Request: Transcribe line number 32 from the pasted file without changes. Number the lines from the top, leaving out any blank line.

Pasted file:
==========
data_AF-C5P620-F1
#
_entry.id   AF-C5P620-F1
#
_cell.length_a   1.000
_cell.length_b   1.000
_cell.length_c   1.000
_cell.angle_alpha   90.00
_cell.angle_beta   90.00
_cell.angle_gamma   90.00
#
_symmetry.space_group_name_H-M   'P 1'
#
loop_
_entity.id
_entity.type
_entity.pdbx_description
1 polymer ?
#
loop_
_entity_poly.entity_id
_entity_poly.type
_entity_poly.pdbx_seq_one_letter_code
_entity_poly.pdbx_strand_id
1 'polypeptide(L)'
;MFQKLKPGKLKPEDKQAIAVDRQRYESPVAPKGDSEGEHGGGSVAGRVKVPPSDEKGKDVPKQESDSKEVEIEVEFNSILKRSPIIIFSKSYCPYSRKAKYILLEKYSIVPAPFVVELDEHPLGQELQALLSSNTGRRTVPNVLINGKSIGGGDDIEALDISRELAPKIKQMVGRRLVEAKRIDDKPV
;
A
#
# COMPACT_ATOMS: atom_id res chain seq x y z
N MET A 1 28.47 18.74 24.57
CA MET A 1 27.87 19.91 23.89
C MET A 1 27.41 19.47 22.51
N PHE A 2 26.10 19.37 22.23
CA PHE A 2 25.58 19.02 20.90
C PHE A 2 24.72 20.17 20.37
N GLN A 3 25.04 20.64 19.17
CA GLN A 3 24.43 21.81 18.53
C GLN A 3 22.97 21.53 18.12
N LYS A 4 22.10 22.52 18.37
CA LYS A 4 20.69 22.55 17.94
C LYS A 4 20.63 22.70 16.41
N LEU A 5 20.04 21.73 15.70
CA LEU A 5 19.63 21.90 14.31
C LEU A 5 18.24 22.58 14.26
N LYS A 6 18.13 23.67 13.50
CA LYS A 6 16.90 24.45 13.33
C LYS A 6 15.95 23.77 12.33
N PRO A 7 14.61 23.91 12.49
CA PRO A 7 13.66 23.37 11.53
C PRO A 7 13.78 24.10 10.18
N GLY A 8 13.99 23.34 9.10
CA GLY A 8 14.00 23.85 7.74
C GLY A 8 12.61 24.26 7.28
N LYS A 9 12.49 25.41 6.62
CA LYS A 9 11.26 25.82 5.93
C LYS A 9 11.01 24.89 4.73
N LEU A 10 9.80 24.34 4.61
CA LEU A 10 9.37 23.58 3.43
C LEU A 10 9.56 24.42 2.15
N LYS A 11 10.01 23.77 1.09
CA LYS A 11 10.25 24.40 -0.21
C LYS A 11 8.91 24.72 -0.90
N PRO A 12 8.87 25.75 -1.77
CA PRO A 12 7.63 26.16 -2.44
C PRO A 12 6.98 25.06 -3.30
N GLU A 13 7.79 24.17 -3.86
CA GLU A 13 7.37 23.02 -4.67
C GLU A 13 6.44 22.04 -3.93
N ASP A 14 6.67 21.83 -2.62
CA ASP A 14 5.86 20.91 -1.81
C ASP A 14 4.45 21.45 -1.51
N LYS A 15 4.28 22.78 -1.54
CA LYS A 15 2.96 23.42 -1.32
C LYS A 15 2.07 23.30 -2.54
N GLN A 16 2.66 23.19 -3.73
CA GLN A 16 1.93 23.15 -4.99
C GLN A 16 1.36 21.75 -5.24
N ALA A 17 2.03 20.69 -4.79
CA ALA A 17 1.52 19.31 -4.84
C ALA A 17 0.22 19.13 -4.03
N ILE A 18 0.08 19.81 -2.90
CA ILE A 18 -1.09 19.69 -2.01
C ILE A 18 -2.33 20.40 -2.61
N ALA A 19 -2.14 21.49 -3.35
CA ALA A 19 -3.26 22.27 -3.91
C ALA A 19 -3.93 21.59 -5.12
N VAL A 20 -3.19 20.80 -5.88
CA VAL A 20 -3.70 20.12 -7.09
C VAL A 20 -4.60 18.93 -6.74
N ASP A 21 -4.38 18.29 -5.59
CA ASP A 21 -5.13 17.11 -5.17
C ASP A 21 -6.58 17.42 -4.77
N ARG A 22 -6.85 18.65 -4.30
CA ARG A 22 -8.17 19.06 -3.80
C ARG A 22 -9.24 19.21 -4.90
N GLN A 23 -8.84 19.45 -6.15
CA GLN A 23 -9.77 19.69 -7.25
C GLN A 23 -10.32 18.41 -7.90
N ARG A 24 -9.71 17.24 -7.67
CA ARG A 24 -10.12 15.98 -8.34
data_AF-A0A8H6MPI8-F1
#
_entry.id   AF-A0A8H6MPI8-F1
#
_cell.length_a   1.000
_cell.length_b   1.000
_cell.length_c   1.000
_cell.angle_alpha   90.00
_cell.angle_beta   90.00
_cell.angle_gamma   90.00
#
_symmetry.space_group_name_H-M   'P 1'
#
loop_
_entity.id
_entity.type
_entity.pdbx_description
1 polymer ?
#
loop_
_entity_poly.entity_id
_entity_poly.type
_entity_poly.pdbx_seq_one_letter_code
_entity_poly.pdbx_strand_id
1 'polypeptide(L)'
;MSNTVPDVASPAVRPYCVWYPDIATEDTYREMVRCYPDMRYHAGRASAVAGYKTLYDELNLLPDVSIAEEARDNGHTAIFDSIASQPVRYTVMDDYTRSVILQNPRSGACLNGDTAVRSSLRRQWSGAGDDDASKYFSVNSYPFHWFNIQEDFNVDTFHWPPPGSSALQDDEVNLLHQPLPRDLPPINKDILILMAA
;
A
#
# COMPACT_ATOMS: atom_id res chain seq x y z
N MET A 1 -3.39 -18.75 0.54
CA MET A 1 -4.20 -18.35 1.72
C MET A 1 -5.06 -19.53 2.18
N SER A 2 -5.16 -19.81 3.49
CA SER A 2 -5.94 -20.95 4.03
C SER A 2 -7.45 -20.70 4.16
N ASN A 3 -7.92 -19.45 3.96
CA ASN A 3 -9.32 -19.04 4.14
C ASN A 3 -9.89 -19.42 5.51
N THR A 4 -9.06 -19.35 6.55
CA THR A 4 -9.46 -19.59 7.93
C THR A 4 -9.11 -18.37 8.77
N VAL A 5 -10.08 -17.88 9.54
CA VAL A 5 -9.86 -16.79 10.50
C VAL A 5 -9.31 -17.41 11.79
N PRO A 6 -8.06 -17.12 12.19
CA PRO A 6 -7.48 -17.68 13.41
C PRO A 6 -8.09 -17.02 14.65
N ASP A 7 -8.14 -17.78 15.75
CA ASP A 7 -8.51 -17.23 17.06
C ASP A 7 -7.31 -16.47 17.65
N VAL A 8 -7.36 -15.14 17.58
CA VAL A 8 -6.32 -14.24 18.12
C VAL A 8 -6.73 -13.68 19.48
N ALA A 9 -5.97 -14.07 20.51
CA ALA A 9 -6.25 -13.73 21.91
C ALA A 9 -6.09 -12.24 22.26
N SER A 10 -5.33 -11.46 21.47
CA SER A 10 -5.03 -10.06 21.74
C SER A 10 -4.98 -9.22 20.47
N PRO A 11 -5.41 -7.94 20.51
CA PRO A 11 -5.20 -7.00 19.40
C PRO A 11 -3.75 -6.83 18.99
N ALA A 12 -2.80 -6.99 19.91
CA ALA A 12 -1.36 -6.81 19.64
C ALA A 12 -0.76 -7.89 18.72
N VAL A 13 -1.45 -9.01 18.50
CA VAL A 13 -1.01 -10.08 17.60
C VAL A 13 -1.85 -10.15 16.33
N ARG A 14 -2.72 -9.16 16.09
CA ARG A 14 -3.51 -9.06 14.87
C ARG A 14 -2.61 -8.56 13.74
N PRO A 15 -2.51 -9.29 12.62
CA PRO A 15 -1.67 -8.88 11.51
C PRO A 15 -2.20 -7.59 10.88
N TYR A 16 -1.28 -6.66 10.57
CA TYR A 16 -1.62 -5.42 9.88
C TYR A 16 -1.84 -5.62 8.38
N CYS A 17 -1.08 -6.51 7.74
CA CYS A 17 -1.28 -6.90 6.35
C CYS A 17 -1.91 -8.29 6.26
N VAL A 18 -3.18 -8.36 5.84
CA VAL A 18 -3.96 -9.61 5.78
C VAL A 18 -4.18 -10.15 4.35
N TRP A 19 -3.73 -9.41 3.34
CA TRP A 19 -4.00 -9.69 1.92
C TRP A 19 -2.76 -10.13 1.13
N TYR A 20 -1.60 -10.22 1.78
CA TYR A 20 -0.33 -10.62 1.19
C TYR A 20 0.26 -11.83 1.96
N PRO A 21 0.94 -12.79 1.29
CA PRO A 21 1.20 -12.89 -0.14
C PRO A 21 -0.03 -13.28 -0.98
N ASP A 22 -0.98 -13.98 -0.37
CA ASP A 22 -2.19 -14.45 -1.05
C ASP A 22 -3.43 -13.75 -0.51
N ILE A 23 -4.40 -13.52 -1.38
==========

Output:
CA MET A 1 27.87 19.91 23.89